DRIVEN: New Toyota Hilux Raider 48V impresses with its smooth performance

Published Jul 5, 2024


Hybrid cars are nothing new for Toyota, in fact the first Prius was launched in 1997 and while it was castigated for its looks, it laid the foundation for what was then considered groundbreaking, before the world was going gaga and forcing electric cars onto us.

It’s also no secret that the Japanese car maker has been accused of not doing enough when it comes to battery electric vehicles (BEVs) from some sectors, but in true Toyota fashion they are keeping their powder dry and doing a multi-pathway approach rather than throwing the baby out with the bathwater.

Apart from traditional ICE and diesel engines they are doing important work and research to make sure that the best possible solution for a given application is found.

Rather than a one battery solution to fit all, they are doing intense research into BEVs, various hybrid models, biofuel and hydrogen.

All of which brings us to their latest hybrid offering in the form of the ever-popular and best selling Hilux bakkie in 48V mild hybrid format also available in the Fortuner SUV.

Unlike the Prius (which is no longer with us) and the current Corolla and Corolla Cross hybrid this 48V is a mild application with the diesel engine only aided by the battery rather than offering various electric driving modes.

Toyota SA is also introducing new accessories through various partners. Picture: Cornel van Heerden / Toyota SA.

Still, Toyota claims a consumption improvement of between 7-11 percent, although this has yet to be verified in real-world testing.

It’s connected to the same GD-6 four cylinder turbo-diesel engine with 150kW and 500Nm and six-speed automatic gearbox providing an additional 12kW and 65Nm.

Fitted with stop-start the 48V system allows the engine to be switched off longer and also reduces the idling speed from 720rpm to 600rpm.

The motor generator unit has been installed high in the engine bay to retain the 700mm wading depth with a redesigned ribbed fabric generator belt to prevent it slipping when wet and the 7.6kg 48V lithium battery is tucked away under the rear seats.

Like all hybrids the battery is regenerated (very quickly) by harvesting the kinetic energy under braking and deceleration.

Both the 48V Hilux and Fortuner are fitted with a multi-select (MTS) mode that provides torque and traction configurations for specific surfaces.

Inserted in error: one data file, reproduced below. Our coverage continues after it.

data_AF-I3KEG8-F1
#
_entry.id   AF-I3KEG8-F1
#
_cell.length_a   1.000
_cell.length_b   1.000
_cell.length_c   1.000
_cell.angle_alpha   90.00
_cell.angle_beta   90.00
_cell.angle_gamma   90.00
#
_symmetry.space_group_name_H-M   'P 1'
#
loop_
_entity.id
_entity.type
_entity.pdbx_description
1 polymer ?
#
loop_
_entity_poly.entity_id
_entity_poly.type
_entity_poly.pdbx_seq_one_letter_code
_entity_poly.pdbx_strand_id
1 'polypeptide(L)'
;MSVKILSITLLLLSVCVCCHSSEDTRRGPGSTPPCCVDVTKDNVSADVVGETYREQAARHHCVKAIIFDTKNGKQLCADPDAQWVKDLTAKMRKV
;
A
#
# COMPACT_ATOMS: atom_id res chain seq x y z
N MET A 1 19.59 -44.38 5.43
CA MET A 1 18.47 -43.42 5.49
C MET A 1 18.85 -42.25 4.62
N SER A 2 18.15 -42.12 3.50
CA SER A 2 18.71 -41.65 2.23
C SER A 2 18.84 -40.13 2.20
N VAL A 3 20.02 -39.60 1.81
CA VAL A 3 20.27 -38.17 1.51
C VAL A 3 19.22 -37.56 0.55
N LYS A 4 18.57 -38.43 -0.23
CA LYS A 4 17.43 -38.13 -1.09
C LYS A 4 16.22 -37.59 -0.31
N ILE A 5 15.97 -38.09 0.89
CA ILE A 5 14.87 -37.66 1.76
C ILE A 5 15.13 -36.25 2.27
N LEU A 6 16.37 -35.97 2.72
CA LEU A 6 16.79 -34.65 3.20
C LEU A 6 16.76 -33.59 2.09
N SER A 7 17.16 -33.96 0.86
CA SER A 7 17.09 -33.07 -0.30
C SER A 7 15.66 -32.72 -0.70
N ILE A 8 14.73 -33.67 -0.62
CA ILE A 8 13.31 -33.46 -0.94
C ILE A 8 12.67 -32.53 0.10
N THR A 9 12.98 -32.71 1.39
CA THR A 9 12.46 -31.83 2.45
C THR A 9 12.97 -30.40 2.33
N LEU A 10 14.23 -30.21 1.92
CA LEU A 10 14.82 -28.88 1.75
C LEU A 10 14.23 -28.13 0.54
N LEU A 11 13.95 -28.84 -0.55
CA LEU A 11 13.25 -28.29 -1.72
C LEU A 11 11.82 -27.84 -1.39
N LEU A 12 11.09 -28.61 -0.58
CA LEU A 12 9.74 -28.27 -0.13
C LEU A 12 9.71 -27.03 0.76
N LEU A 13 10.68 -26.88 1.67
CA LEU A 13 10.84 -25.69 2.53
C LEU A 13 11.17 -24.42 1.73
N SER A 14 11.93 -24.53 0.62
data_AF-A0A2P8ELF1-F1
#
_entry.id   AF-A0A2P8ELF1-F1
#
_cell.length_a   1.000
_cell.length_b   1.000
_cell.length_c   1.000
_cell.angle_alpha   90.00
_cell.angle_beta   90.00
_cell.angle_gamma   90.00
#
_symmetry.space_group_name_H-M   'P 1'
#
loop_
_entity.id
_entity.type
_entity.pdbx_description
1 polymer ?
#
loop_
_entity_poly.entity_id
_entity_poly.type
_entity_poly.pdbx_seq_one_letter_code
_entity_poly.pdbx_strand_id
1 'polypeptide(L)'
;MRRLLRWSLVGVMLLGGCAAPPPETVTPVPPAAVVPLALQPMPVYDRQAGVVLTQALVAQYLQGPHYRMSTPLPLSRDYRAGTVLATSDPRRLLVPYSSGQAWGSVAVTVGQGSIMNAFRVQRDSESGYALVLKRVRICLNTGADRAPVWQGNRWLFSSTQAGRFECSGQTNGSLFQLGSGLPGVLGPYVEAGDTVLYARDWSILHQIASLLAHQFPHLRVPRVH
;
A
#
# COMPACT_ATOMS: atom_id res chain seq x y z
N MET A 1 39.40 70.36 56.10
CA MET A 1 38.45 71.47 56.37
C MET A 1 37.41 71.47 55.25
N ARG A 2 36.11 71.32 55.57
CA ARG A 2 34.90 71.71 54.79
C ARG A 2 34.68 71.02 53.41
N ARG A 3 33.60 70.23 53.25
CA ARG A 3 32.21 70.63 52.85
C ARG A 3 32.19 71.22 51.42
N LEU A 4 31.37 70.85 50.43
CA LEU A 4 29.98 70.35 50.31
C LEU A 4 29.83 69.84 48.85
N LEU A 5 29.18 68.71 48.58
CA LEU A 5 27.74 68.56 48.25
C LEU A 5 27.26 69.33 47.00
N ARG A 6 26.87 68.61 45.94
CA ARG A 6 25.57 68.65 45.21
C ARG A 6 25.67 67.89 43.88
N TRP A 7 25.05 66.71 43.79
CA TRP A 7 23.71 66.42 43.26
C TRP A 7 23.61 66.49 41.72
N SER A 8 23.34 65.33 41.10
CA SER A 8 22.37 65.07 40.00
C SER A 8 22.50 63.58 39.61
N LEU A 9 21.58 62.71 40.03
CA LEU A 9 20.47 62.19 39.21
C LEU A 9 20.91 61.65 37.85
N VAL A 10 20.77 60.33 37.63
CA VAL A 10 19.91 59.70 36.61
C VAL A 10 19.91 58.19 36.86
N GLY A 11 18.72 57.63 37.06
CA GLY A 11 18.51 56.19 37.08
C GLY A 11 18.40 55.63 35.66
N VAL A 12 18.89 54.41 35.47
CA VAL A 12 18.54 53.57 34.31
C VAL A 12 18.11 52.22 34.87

Improved driveability

I doubt that the 48V Hilux is quicker than the normal garden variety but where the mild hybrid system does make a difference is on pull away and passing.

On our KZN launch route in the Valley of a Thousand Hills (dubbed a thousand potholes) we gave it a thorough testing in Sport Mode using the battery to pull away seamlessly until the engine kicks in with the turbo already spooled up. It’s the same with passing slower traffic like heavily laden sugar cane trucks, briefly giving the bakkie a bit of a shunt.

The seamless transition from the stop-start system on pull away also impressed us.

Beyond that, the driving dynamics and handling is still very much as you would expect from current ladder-frame Hilux double cab.

Toyota also used the occasion to introduce a couple of aesthetic changes to the Raider range.

It gets a new front-end refresh with a redesigned front bumper, honeycomb mesh grille, and newly designed fog lamp bezels.

New face of the Hilux Raider. Picture: Cornel van Heerden / Toyota SA.

There’s black side mirrors and door handles (on the 2.8 models), and rear bumper and tailgate handle replacing the chrome accents.The 2.4 model gains retractable mirrors, while the 2.8 gains leather seats and eight-way power seat adjustment on the driver’s side.

In addition the Raider 48V adds jam protection, auto up/down windows on all windows, push start, smart entry, and Multi-Terrain Select.

One-stop shop for accessories

There’s good news for those looking to accessorise and customise their bakkies with non-safety critical additions such as roof racks, cross bars, rooftop tents, roof boxes, bike carriers, fridges, recovery boards and solar panels.

Toyota South Africa has collaborated with Ironman 4x4, 4x4 Megaworld, Front Runner, IVXIVBUSHINDABA, and Thule to provide a one-stop shop that can be added prior to taking delivery and can be part of the vehicle finance options or invoiced separately.

It’s available across the full range of lifestyle vehicles including Hilux, Fortuner, Land Cruiser Prado, Land Cruiser 70 Series and Land Cruiser 300.

It will be interesting to see how South Africans take up the Toyota Hilux 48V Raider with a price premium of R15,500 for the 4X2 and R18 000 for the 4x4.

My guess is that this is more part of Toyota’s global strategy rather than Toyota SA looking to sell them in large numbers.

It comes with a nine-services/90,000km service plan and a three-year/100,000km warranty. Customers can additionally purchase service/maintenance/warranty extensions via the Toyota dealer network.

Toyota Hilux Raider Range Pricing (July 2024)

Extra Cab

  • Raider 2.8 GD-6 RB 6AT: R587 200
  • Raider 2.8 GD-6 4X4 6MT: R563 200

Double Cab

  • Raider 2.8 GD-6 4×4 6MT: R612 100
  • Raider 2.8 GD-6 RB 6AT: R633 200
  • Raider 2.4 GD-6 4×4 6AT: R716 300
  • Raider 2.8 GD-6 RB 6AT: R769 900
  • Raider 2.8 GD-6 RB 6AT 48V: R785 400
  • Raider 2.8 GD-6 4×4 6AT: R858 600
  • Raider 2.8 GD-6 4×4 6AT 48V: R876 600